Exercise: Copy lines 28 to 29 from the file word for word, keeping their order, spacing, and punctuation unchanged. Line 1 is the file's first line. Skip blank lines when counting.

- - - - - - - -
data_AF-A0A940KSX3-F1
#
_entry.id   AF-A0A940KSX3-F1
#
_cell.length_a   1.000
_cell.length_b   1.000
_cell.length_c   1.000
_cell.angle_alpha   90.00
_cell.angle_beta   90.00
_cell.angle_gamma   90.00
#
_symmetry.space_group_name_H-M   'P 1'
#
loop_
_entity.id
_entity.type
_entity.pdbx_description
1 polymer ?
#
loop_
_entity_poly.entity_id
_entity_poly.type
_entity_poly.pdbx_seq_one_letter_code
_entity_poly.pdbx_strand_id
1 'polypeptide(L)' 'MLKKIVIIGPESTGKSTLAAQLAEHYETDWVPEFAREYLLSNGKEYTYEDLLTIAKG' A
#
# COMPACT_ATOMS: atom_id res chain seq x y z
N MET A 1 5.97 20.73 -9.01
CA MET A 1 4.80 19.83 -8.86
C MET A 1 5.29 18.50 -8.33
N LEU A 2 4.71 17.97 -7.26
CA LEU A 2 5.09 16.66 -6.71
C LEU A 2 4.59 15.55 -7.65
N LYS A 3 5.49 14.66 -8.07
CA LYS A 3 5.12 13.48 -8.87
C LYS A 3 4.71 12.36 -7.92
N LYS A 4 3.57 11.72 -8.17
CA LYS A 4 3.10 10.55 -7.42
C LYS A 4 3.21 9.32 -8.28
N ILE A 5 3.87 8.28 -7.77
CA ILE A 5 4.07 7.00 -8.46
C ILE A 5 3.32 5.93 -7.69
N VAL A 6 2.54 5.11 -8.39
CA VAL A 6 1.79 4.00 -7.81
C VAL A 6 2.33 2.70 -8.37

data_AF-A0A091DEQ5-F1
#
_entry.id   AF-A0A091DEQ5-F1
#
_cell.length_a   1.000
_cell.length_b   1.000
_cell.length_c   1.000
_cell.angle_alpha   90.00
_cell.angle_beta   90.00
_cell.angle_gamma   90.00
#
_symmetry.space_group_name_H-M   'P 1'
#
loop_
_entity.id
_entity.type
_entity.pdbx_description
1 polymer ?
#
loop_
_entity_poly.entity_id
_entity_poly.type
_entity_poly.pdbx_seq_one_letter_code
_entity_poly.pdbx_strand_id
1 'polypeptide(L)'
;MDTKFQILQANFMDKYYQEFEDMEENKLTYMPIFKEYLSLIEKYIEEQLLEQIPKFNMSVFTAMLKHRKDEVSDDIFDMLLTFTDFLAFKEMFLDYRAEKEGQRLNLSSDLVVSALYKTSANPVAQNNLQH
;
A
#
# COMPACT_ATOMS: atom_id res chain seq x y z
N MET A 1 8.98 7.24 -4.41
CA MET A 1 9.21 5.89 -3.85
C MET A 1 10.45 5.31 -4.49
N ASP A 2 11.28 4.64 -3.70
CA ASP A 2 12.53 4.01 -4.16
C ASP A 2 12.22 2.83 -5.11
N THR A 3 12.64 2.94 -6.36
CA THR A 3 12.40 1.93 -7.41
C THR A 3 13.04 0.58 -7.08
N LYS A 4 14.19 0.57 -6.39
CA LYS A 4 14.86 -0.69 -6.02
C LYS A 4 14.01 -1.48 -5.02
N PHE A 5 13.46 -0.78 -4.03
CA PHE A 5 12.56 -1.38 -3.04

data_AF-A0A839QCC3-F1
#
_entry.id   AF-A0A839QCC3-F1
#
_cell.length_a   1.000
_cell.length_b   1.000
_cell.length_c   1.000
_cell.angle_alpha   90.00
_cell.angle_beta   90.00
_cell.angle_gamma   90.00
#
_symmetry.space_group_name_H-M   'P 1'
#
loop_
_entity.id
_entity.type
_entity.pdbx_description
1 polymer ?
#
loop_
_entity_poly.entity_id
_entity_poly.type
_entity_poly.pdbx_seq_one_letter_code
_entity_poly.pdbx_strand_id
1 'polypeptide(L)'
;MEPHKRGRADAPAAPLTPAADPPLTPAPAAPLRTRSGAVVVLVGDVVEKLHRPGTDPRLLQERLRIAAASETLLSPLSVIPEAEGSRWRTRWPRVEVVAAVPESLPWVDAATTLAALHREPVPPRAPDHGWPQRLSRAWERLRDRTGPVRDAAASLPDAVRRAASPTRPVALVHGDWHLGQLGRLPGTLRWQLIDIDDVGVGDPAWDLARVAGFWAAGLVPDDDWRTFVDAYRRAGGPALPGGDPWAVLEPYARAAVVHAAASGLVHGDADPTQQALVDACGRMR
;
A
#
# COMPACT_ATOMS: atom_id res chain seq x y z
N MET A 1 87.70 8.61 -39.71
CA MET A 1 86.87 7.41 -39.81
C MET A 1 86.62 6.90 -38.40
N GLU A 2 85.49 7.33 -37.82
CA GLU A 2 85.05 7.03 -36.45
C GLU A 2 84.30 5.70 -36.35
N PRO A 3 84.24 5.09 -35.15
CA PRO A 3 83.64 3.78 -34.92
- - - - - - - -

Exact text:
N MET A 1 5.97 20.73 -9.01
CA MET A 1 4.80 19.83 -8.86